USC going all out to pass levy vote
The campaign slogan on yard signs reads: Levies are for Learning.
United South Central Public School officials have done their part to educate residents before they vote Nov. 2 on whether to replace an existing operating levy with a higher amount.
“The meetings went well, but not many residents attended them. My concern is there are still a lot of people who haven’t made up their minds and may have questions,” says Jerry Jensen, superintendent of USC School District.
Jensen was referring to a series of informational meetings he recently conducted in the six cities making up the district.
The superintendent also is hoping two mass mailings by the district will provide voters with needed information before going to the polls.
On Tuesday night, School Board chair Christie Wetzel told board members more than 5,000 brochures were recently mailed to every address in the district.
In addition, the school district office sent out more than 3,000 “Notice of Special Election” letters to property taxpayers.
The mailings cost nearly $3,000 and another $1,500 went to hire a Twin Cities financial adviser.
“Our goal has been to make as much information we can available to the public,” Jensen says.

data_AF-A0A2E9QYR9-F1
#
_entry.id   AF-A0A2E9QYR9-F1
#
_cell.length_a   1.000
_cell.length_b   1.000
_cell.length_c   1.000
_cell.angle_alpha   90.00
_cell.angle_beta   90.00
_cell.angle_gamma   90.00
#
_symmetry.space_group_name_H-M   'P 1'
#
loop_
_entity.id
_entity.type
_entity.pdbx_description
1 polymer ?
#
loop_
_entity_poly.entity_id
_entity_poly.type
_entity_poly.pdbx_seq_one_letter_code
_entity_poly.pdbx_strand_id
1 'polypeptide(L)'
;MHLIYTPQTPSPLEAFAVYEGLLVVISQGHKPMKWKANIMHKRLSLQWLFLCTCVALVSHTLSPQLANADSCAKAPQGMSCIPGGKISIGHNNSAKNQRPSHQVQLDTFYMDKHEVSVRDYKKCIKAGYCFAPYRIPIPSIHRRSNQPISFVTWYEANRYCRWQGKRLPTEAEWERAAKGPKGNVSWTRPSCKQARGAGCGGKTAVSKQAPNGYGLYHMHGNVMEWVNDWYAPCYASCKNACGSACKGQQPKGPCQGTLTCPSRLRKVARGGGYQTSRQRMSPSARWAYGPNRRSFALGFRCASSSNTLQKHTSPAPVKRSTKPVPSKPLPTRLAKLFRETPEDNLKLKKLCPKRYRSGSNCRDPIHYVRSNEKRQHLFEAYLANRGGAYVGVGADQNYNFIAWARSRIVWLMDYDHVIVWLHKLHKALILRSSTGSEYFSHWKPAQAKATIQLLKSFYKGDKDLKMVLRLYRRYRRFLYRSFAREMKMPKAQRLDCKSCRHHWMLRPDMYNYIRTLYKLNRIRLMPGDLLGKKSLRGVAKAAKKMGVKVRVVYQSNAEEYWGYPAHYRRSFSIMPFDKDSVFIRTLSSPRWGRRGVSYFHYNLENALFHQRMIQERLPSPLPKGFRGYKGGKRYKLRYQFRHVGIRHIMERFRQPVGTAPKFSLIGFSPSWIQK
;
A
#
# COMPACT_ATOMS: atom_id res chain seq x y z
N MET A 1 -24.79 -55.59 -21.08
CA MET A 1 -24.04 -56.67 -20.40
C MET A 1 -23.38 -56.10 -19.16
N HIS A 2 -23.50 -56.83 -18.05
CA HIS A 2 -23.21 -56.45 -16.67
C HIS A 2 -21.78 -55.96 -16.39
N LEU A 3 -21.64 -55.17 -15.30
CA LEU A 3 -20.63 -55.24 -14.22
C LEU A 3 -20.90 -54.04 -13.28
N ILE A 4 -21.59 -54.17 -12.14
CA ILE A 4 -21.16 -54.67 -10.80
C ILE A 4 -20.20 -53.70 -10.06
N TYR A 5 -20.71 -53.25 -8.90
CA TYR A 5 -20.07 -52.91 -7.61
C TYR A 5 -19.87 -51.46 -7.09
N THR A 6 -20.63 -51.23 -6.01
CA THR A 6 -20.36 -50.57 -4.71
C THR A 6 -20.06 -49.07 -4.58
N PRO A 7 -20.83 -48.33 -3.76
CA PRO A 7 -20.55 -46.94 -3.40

The printed materials contain the referendum question as it will appear on the ballot. Also, reasons for the levy increase, district’s financial condition, how additional levy money will be used and what the expected impact will be to taxpayers were explained.
For example, under the present levy of $1,000 per pupil, taxes annually for property with market values of $50,000 and $75,000 are $128 and $192, respectively. Under the proposed $1,200 per pupil for 10 years, that would increase to $164 and $247.
“As taxpayers, we have so few opportunities to determine where our tax dollars are used and spent,” Wetzel says. “Operating levies give us a rare occasion to invest in something we hold dear, a quality public education.”
Sharon Parriott is chairperson of the “Vote YES” Committee that has been working the past month in favor of the referendum.
Parriott says the committee’s 11 members are concerned with the uncertainty of state funding for education.
She says the group has collected about $750 donations to buy 250 yard signs, newspaper ads and radio commercials to encourage approval of the referendum.
“Our fear is that there are some people who don’t understand what they are voting for,” she says. “This is for the kids. We want to make sure to keep the programs we have.”
Parriott says anyone wishing to put up a yard sign may contact her at (507) 553-5551.
In other business, the board voted to spend $24,000 to improve the district’s Adequate Yearly Progress status for high school and elementary students in MCAII?math and reading tests.
Last year, the district failed to make Adequate Yearly Progress under the federal government’s No Child Left Behind Act.
The district has developed a plan so students can receive extra instruction to attain expected proficiency levels.